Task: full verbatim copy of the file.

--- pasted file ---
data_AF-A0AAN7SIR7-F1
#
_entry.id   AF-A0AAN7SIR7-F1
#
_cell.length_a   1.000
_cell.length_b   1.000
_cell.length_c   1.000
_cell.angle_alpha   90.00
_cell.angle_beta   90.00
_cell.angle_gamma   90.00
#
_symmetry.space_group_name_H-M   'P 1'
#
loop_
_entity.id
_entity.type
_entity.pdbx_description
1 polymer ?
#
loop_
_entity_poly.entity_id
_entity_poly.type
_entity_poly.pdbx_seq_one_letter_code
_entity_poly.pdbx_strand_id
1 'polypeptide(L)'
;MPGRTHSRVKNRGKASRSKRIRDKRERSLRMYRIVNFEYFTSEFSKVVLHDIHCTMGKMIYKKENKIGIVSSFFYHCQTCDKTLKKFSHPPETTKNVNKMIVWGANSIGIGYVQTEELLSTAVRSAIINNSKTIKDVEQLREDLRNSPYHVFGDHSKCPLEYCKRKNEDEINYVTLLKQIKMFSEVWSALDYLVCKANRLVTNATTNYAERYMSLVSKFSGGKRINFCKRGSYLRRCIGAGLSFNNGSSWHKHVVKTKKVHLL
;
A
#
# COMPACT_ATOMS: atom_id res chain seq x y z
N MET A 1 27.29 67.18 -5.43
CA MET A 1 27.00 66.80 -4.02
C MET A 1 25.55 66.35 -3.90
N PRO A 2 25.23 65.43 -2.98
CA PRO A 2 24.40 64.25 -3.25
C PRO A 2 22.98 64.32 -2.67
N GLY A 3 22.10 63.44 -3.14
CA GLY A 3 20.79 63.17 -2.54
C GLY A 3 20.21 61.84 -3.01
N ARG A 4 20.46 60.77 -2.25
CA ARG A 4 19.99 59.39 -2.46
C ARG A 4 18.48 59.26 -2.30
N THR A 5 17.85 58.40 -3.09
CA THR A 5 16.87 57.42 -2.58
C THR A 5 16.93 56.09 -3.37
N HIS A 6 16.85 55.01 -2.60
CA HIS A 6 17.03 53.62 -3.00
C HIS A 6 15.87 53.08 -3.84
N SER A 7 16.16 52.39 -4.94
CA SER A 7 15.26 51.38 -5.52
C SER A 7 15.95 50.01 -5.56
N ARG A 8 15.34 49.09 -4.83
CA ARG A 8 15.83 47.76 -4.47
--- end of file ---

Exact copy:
data_AF-A0AAN7SIR7-F1
#
_entry.id   AF-A0AAN7SIR7-F1
#
_cell.length_a   1.000
_cell.length_b   1.000
_cell.length_c   1.000
_cell.angle_alpha   90.00
_cell.angle_beta   90.00
_cell.angle_gamma   90.00
#
_symmetry.space_group_name_H-M   'P 1'
#
loop_
_entity.id
_entity.type
_entity.pdbx_description
1 polymer ?
#
loop_
_entity_poly.entity_id
_entity_poly.type
_entity_poly.pdbx_seq_one_letter_code
_entity_poly.pdbx_strand_id
1 'polypeptide(L)'
;MPGRTHSRVKNRGKASRSKRIRDKRERSLRMYRIVNFEYFTSEFSKVVLHDIHCTMGKMIYKKENKIGIVSSFFYHCQTCDKTLKKFSHPPETTKNVNKMIVWGANSIGIGYVQTEELLSTAVRSAIINNSKTIKDVEQLREDLRNSPYHVFGDHSKCPLEYCKRKNEDEINYVTLLKQIKMFSEVWSALDYLVCKANRLVTNATTNYAERYMSLVSKFSGGKRINFCKRGSYLRRCIGAGLSFNNGSSWHKHVVKTKKVHLL
;
A
#
# COMPACT_ATOMS: atom_id res chain seq x y z
N MET A 1 27.29 67.18 -5.43
CA MET A 1 27.00 66.80 -4.02
C MET A 1 25.55 66.35 -3.90
N PRO A 2 25.23 65.43 -2.98
CA PRO A 2 24.40 64.25 -3.25
C PRO A 2 22.98 64.32 -2.67
N GLY A 3 22.10 63.44 -3.14
CA GLY A 3 20.79 63.17 -2.54
C GLY A 3 20.21 61.84 -3.01
N ARG A 4 20.46 60.77 -2.25
CA ARG A 4 19.99 59.39 -2.46
C ARG A 4 18.48 59.26 -2.30
N THR A 5 17.85 58.40 -3.09
CA THR A 5 16.87 57.42 -2.58
C THR A 5 16.93 56.09 -3.37
N HIS A 6 16.85 55.01 -2.60
CA HIS A 6 17.03 53.62 -3.00
C HIS A 6 15.87 53.08 -3.84
N SER A 7 16.16 52.39 -4.94
CA SER A 7 15.26 51.38 -5.52
C SER A 7 15.95 50.01 -5.56
N ARG A 8 15.34 49.09 -4.83
CA ARG A 8 15.83 47.76 -4.47